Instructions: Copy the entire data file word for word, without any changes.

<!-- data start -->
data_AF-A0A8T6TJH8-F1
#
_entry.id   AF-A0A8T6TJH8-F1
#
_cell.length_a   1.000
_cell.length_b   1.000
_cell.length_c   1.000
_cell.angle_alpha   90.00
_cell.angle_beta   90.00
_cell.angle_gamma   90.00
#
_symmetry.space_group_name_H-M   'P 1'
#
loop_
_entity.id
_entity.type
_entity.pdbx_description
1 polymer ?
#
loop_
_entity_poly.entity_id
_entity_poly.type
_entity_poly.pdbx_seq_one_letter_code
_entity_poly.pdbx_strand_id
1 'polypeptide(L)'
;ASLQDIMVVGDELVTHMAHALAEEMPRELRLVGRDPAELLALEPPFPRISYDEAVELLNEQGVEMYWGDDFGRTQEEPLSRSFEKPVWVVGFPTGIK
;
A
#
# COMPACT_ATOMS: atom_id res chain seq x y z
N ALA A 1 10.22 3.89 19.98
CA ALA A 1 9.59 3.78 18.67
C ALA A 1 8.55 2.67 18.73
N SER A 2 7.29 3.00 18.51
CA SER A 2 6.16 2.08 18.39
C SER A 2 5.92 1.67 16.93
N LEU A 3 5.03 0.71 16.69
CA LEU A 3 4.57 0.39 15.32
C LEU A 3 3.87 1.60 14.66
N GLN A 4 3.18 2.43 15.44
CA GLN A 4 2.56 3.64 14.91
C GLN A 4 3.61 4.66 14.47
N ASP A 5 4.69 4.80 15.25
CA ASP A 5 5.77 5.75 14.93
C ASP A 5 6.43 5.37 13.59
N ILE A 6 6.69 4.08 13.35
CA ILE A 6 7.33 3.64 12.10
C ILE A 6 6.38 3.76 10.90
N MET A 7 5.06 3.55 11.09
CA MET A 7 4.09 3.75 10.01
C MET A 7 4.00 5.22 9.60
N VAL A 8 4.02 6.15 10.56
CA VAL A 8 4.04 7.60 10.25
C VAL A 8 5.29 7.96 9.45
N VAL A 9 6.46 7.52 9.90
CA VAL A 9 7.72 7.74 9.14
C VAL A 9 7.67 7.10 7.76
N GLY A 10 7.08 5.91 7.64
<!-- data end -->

data_AF-A0A8T6TJH8-F1
#
_entry.id   AF-A0A8T6TJH8-F1
#
_cell.length_a   1.000
_cell.length_b   1.000
_cell.length_c   1.000
_cell.angle_alpha   90.00
_cell.angle_beta   90.00
_cell.angle_gamma   90.00
#
_symmetry.space_group_name_H-M   'P 1'
#
loop_
_entity.id
_entity.type
_entity.pdbx_description
1 polymer ?
#
loop_
_entity_poly.entity_id
_entity_poly.type
_entity_poly.pdbx_seq_one_letter_code
_entity_poly.pdbx_strand_id
1 'polypeptide(L)'
;ASLQDIMVVGDELVTHMAHALAEEMPRELRLVGRDPAELLALEPPFPRISYDEAVELLNEQGVEMYWGDDFGRTQEEPLSRSFEKPVWVVGFPTGIK
;
A
#
# COMPACT_ATOMS: atom_id res chain seq x y z
N ALA A 1 10.22 3.89 19.98
CA ALA A 1 9.59 3.78 18.67
C ALA A 1 8.55 2.67 18.73
N SER A 2 7.29 3.00 18.51
CA SER A 2 6.16 2.08 18.39
C SER A 2 5.92 1.67 16.93
N LEU A 3 5.03 0.71 16.69
CA LEU A 3 4.57 0.39 15.32
C LEU A 3 3.87 1.60 14.66
N GLN A 4 3.18 2.43 15.44
CA GLN A 4 2.56 3.64 14.91
C GLN A 4 3.61 4.66 14.47
N ASP A 5 4.69 4.80 15.25
CA ASP A 5 5.77 5.75 14.93
C ASP A 5 6.43 5.37 13.59
N ILE A 6 6.69 4.08 13.35
CA ILE A 6 7.33 3.64 12.10
C ILE A 6 6.38 3.76 10.90
N MET A 7 5.06 3.55 11.09
CA MET A 7 4.09 3.75 10.01
C MET A 7 4.00 5.22 9.60
N VAL A 8 4.02 6.15 10.56
CA VAL A 8 4.04 7.60 10.25
C VAL A 8 5.29 7.96 9.45
N VAL A 9 6.46 7.52 9.90
CA VAL A 9 7.72 7.74 9.14
C VAL A 9 7.67 7.10 7.76
N GLY A 10 7.08 5.91 7.64